Use of proteomic analysis to determine the protein constituents of synovial fluid samples from the stifle joints of dogs with and without osteoarthritis secondary to cranial cruciate ligament rupture

Muhammad Shahid Small Animal Clinic, Freie Universität Berlin, D-14163 Berlin, Germany.

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 DVM, MPhil
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George Manchi Small Animal Clinic, Freie Universität Berlin, D-14163 Berlin, Germany.

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Leo Brunnberg Small Animal Clinic, Freie Universität Berlin, D-14163 Berlin, Germany.

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 DVM, Dr Med Vet Habil
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Jens Raila Institute of Nutritional Science, University of Potsdam 114-116, D-14558 Potsdam-Rehbrücke, Germany.

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 DVM, Dr Med Vet Habil

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Abstract

OBJECTIVE To use proteomic analysis to determine the protein constituents of synovial fluid samples from the stifle joints of dogs with and without osteoarthritis secondary to cranial cruciate ligament rupture (CCLR).

ANIMALS 12 dogs with clinically normal stifle joints (controls) and 16 dogs with osteoarthritis secondary to CCLR.

PROCEDURES A synovial fluid sample was obtained from all dogs. Synovial fluid total protein concentration was determined by the Bradford assay. Proteins were separated by use of a 1-D SDS-PAGE to detect protein bands that differed between dogs with and without osteoarthritis. Those protein bands then underwent trypsin digestion and were analyzed by matrix-assisted laser desorption-ionization time-of-flight mass spectrometry, the results of which were compared with a curated protein sequence database for protein identification. One of the most frequently identified proteins, apoprotein (apo) A-I, was then quantified in all synovial fluid samples by use of a competitive-inhibition ELISA. Results were compared between dogs with and without osteoarthritis.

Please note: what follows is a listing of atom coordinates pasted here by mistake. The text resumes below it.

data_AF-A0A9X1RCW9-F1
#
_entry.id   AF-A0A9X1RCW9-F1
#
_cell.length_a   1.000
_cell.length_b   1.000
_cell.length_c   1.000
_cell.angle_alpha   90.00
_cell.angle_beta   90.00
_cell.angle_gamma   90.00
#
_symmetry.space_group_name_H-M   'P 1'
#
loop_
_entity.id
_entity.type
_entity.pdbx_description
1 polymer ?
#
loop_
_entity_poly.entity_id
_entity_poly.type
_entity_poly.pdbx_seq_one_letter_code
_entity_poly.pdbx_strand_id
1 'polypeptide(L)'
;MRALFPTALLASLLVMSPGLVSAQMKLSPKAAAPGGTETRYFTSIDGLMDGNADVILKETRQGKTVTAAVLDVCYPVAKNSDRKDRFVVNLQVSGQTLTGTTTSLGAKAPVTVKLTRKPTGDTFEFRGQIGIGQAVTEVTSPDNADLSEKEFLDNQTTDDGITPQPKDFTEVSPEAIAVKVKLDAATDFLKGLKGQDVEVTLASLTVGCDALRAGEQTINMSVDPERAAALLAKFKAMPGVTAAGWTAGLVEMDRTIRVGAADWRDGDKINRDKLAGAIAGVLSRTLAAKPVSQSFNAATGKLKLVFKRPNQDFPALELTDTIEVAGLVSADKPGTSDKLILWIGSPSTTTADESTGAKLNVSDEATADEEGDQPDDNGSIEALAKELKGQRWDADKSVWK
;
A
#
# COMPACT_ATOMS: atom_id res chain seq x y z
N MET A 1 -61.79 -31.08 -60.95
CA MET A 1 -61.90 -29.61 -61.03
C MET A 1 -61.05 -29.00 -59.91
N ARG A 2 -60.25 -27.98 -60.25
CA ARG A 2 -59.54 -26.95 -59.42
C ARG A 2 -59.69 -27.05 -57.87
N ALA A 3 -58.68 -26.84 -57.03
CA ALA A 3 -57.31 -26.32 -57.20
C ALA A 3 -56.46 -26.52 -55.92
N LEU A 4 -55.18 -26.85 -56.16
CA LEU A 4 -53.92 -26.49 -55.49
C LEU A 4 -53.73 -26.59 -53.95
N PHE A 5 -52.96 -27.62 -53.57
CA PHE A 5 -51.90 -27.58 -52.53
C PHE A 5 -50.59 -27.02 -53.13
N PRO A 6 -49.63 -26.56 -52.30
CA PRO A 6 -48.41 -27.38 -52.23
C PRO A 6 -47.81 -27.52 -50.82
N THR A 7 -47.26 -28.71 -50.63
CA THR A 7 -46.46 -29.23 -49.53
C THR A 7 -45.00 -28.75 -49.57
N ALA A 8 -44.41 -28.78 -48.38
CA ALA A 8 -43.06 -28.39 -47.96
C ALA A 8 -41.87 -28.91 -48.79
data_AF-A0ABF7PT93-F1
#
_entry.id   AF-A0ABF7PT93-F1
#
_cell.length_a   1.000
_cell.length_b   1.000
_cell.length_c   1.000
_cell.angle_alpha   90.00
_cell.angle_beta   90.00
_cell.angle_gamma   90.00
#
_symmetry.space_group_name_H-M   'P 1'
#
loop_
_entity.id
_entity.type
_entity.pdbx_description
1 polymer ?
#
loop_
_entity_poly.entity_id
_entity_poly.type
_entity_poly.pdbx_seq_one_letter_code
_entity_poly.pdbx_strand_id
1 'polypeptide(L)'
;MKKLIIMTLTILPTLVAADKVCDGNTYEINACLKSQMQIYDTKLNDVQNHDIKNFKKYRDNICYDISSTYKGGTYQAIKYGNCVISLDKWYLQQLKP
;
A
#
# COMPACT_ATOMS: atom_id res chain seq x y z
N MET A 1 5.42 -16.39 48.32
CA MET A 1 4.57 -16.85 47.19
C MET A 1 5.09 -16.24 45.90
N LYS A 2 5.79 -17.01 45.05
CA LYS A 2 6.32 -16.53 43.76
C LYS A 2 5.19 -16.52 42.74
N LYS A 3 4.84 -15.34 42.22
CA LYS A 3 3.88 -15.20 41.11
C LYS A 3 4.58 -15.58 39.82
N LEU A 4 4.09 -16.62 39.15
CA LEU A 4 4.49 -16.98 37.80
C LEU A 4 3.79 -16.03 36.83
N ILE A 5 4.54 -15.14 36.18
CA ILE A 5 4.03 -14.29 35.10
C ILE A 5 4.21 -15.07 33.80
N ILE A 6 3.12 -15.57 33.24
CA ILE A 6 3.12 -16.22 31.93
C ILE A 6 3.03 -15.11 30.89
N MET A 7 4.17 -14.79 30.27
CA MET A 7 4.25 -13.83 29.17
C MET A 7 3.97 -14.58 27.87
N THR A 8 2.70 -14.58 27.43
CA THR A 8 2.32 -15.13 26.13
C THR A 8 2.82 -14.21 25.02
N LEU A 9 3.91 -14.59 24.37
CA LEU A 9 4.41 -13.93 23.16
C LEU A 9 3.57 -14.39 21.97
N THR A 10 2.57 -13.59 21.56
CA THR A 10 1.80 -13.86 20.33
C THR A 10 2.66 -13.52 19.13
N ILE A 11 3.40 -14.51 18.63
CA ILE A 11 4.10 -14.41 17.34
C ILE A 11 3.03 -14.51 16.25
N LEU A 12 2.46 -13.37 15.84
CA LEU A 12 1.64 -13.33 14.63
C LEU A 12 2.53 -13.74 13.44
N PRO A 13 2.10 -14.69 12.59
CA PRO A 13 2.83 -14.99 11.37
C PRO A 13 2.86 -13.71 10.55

RESULTS Median synovial fluid total protein and apo A-I concentrations for dogs with osteoarthritis were significantly greater than those for control dogs. The most abundant proteins identified in the synovial fluid were albumin and apo A-I.

CONCLUSIONS AND CLINICAL RELEVANCE Results indicated that quantification of synovial fluid total protein and apo A-I concentrations might facilitate diagnosis of osteoarthritis secondary to CCLR in dogs. Further research and validation of synovial fluid apo A-I concentration as a biomarker for osteoarthritis in dogs are necessary before it can be recommended for clinical use.

Abstract

OBJECTIVE To use proteomic analysis to determine the protein constituents of synovial fluid samples from the stifle joints of dogs with and without osteoarthritis secondary to cranial cruciate ligament rupture (CCLR).

ANIMALS 12 dogs with clinically normal stifle joints (controls) and 16 dogs with osteoarthritis secondary to CCLR.

PROCEDURES A synovial fluid sample was obtained from all dogs. Synovial fluid total protein concentration was determined by the Bradford assay. Proteins were separated by use of a 1-D SDS-PAGE to detect protein bands that differed between dogs with and without osteoarthritis. Those protein bands then underwent trypsin digestion and were analyzed by matrix-assisted laser desorption-ionization time-of-flight mass spectrometry, the results of which were compared with a curated protein sequence database for protein identification. One of the most frequently identified proteins, apoprotein (apo) A-I, was then quantified in all synovial fluid samples by use of a competitive-inhibition ELISA. Results were compared between dogs with and without osteoarthritis.